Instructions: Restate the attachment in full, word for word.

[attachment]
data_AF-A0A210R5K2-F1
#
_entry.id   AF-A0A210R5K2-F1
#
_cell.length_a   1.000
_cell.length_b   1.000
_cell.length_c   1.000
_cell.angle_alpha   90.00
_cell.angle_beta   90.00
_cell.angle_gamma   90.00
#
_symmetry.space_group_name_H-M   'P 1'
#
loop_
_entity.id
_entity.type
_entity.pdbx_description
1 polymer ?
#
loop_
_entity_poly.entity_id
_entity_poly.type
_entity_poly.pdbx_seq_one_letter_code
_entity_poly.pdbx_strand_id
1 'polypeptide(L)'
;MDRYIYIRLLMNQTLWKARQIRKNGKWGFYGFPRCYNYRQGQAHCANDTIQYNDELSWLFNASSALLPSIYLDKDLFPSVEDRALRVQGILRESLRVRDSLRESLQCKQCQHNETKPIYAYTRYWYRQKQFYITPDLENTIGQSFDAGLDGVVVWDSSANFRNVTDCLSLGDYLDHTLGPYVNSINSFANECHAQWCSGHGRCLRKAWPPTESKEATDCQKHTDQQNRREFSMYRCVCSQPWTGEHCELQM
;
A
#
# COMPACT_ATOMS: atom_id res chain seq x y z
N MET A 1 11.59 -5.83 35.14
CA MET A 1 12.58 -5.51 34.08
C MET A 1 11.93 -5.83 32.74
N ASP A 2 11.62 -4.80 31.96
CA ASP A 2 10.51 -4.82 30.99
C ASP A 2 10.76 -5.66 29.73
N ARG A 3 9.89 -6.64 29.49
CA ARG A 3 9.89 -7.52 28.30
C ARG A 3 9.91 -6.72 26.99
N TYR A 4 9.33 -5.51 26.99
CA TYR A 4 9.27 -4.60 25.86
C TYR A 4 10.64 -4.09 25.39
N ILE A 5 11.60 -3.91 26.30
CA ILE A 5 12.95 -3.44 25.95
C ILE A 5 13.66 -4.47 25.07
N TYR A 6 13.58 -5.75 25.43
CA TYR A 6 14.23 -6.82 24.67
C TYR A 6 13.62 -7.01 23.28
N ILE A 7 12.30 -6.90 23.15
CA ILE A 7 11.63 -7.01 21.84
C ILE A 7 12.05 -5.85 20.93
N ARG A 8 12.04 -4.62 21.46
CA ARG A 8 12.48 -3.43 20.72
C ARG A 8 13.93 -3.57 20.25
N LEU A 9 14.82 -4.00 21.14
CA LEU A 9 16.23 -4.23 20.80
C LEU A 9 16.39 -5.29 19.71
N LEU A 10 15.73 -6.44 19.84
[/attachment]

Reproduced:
data_AF-A0A210R5K2-F1
#
_entry.id   AF-A0A210R5K2-F1
#
_cell.length_a   1.000
_cell.length_b   1.000
_cell.length_c   1.000
_cell.angle_alpha   90.00
_cell.angle_beta   90.00
_cell.angle_gamma   90.00
#
_symmetry.space_group_name_H-M   'P 1'
#
loop_
_entity.id
_entity.type
_entity.pdbx_description
1 polymer ?
#
loop_
_entity_poly.entity_id
_entity_poly.type
_entity_poly.pdbx_seq_one_letter_code
_entity_poly.pdbx_strand_id
1 'polypeptide(L)'
;MDRYIYIRLLMNQTLWKARQIRKNGKWGFYGFPRCYNYRQGQAHCANDTIQYNDELSWLFNASSALLPSIYLDKDLFPSVEDRALRVQGILRESLRVRDSLRESLQCKQCQHNETKPIYAYTRYWYRQKQFYITPDLENTIGQSFDAGLDGVVVWDSSANFRNVTDCLSLGDYLDHTLGPYVNSINSFANECHAQWCSGHGRCLRKAWPPTESKEATDCQKHTDQQNRREFSMYRCVCSQPWTGEHCELQM
;
A
#
# COMPACT_ATOMS: atom_id res chain seq x y z
N MET A 1 11.59 -5.83 35.14
CA MET A 1 12.58 -5.51 34.08
C MET A 1 11.93 -5.83 32.74
N ASP A 2 11.62 -4.80 31.96
CA ASP A 2 10.51 -4.82 30.99
C ASP A 2 10.76 -5.66 29.73
N ARG A 3 9.89 -6.64 29.49
CA ARG A 3 9.89 -7.52 28.30
C ARG A 3 9.91 -6.72 26.99
N TYR A 4 9.33 -5.51 26.99
CA TYR A 4 9.27 -4.60 25.86
C TYR A 4 10.64 -4.09 25.39
N ILE A 5 11.60 -3.91 26.30
CA ILE A 5 12.95 -3.44 25.95
C ILE A 5 13.66 -4.47 25.07
N TYR A 6 13.58 -5.75 25.43
CA TYR A 6 14.23 -6.82 24.67
C TYR A 6 13.62 -7.01 23.28
N ILE A 7 12.30 -6.90 23.15
CA ILE A 7 11.63 -7.01 21.84
C ILE A 7 12.05 -5.85 20.93
N ARG A 8 12.04 -4.62 21.46
CA ARG A 8 12.48 -3.43 20.72
C ARG A 8 13.93 -3.57 20.25
N LEU A 9 14.82 -4.00 21.14
CA LEU A 9 16.23 -4.23 20.80
C LEU A 9 16.39 -5.29 19.71
N LEU A 10 15.73 -6.44 19.84